Sudanese refugees are continuing to flee from Darfur in western Sudan into Chad to escape militia attacks, according to the NGO, Medecins Sans Frontieres (MSF). While the numbers remained unclear, pockets of people continued to cross the border every night when they could get across more easily, Sonia Peyrassol, MSF Operational Coordinator for Chad, told IRIN. Border officials appeared to be trying to stop the flow, she said, but it was unclear whether it was on the Sudanese or the Chadian more

Hundreds of Sudanese refugees are streaming into Chad to escape new air attacks, reportedly by government forces, in Sudan's war-scarred Darfur region, pushing the number of Sudanese who have recently fled to the neighbouring country to nearly 70,000, according to the UN refugee agency.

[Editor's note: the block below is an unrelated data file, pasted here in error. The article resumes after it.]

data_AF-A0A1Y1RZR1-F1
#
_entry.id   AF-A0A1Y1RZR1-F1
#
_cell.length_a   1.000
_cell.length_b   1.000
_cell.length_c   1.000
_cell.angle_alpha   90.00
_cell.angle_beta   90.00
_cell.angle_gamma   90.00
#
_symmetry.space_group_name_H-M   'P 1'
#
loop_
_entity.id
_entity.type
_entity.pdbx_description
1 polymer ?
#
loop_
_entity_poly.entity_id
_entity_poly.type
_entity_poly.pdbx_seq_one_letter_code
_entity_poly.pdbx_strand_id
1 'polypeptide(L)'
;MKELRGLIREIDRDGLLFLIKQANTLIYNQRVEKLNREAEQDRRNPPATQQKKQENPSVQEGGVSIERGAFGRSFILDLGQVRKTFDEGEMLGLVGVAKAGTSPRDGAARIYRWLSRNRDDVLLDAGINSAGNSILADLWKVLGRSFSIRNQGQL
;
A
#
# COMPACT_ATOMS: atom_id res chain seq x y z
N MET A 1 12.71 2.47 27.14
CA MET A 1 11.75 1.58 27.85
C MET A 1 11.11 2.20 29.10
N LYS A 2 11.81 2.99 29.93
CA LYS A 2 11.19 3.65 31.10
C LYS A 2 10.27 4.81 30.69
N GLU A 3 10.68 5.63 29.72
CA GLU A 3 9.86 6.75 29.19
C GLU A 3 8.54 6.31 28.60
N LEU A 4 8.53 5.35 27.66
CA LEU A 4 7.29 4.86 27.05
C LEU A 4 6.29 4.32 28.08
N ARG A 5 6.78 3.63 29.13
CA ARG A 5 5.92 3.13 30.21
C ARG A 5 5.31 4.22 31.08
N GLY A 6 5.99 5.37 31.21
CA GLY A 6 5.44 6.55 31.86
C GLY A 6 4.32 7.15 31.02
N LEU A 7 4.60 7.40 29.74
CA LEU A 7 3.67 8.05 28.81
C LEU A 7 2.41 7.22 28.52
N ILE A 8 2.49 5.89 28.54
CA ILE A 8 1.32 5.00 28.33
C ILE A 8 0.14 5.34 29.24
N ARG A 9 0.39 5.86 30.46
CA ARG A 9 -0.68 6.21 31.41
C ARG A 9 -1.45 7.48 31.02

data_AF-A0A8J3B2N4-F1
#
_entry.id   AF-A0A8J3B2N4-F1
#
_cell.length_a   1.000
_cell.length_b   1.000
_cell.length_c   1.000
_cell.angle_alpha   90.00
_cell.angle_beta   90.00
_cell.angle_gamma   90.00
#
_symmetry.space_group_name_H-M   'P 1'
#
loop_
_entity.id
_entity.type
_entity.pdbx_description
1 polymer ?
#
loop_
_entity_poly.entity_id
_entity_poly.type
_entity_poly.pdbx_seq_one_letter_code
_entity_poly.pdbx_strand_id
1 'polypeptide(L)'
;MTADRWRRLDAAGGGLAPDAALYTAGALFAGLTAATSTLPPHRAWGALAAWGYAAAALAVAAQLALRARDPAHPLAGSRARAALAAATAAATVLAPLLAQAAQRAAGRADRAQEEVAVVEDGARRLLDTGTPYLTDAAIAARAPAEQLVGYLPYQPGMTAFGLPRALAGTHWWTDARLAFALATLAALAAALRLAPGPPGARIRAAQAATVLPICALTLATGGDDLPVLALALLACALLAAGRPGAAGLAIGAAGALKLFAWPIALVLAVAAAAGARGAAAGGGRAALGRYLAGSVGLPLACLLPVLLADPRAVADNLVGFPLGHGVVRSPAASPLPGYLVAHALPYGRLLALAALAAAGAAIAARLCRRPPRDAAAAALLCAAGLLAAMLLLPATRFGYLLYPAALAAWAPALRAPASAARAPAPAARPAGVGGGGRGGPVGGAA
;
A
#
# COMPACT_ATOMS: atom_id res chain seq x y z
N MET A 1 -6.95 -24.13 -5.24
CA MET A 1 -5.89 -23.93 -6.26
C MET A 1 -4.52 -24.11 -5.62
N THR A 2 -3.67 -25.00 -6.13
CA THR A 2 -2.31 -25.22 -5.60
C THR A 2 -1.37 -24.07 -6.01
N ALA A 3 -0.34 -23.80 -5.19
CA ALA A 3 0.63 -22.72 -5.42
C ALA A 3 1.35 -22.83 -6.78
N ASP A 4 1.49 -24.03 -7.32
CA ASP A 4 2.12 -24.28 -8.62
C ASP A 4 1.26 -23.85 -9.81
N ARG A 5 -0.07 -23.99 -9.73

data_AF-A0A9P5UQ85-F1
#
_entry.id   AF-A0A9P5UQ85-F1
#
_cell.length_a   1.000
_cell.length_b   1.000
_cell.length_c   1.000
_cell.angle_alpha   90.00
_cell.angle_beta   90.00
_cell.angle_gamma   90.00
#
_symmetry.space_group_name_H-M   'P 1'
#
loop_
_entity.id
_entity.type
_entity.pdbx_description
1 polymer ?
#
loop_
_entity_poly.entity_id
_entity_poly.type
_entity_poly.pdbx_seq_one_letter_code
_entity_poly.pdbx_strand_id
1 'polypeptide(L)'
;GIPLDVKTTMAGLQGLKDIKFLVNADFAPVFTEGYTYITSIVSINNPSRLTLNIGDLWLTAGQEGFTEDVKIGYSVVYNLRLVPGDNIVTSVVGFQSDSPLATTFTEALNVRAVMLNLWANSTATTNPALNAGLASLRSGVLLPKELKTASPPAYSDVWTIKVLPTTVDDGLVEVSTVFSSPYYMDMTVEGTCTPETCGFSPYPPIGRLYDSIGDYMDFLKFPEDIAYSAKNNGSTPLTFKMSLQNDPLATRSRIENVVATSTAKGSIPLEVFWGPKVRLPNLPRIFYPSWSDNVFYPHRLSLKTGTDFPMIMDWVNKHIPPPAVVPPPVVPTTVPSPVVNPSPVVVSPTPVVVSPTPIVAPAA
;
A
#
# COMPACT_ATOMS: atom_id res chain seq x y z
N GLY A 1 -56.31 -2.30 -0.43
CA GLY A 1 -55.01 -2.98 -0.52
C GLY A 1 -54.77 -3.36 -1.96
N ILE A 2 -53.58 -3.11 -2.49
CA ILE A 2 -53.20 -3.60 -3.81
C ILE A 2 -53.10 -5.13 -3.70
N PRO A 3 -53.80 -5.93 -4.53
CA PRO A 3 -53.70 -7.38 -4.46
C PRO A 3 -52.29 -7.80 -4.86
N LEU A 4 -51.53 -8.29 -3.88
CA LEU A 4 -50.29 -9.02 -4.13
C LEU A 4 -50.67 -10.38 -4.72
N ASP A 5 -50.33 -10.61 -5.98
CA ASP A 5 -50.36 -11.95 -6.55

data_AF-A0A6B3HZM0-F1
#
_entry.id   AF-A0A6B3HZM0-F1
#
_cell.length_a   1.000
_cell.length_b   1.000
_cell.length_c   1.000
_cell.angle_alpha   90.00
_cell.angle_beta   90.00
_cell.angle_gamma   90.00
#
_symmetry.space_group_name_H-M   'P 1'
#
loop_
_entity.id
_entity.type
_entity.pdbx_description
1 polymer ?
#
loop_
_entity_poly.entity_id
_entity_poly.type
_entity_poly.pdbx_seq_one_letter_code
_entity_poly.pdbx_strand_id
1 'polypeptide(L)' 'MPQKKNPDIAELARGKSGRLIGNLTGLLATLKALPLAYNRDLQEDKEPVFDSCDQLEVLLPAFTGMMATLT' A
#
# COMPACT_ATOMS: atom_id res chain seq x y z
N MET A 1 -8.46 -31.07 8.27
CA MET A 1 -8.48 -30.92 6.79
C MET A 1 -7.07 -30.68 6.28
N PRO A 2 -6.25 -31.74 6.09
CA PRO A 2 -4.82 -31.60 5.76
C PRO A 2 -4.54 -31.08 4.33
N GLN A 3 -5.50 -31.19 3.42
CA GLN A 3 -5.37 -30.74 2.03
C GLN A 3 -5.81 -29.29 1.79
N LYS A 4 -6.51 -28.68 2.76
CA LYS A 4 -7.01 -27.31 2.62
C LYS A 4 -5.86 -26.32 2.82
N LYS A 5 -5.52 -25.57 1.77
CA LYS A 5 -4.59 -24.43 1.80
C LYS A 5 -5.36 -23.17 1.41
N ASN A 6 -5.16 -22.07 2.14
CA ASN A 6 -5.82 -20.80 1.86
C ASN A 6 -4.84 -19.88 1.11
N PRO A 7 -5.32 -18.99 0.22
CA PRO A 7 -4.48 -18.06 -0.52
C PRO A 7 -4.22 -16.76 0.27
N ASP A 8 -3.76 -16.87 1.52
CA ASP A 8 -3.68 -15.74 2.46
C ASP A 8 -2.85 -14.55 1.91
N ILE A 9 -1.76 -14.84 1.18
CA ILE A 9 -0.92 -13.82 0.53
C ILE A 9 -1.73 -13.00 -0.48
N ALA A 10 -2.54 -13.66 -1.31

The government of Chad has denied claims by the main rebel group to have captured the airport at the northern town of Bardai. The rebel Movement for Democracy and Justice (MDJT) said earlier its forces had taken the airport, surrounded the town and killed at least 35 government troops.

Some 65,000 refugees who fled recent fighting in western Sudan are living out in the open in northern and north-eastern Chad with no food, safe drinking water or healthcare. These are some of the findings of an assessment mission comprising officials of the UN refugee agency, the UN World Food Programme, and two Chadian members of parliament who have just returned from visiting the refugees.

''They say oil is spurting out of the ground, but I haven't seen it yet,” says Faustin Gayande, a young man from the Chadian capital of N'djamena. He fears the oil revenue will not trickle down to the poor as a result of corruption and political repression. “There is a proverb from my area which says that when you catch a silurid, you've got to grab it by the head if you want to hang onto it; if you hold it by the tail, it could slip away. So Chadian oil is like a silurid because I haven't more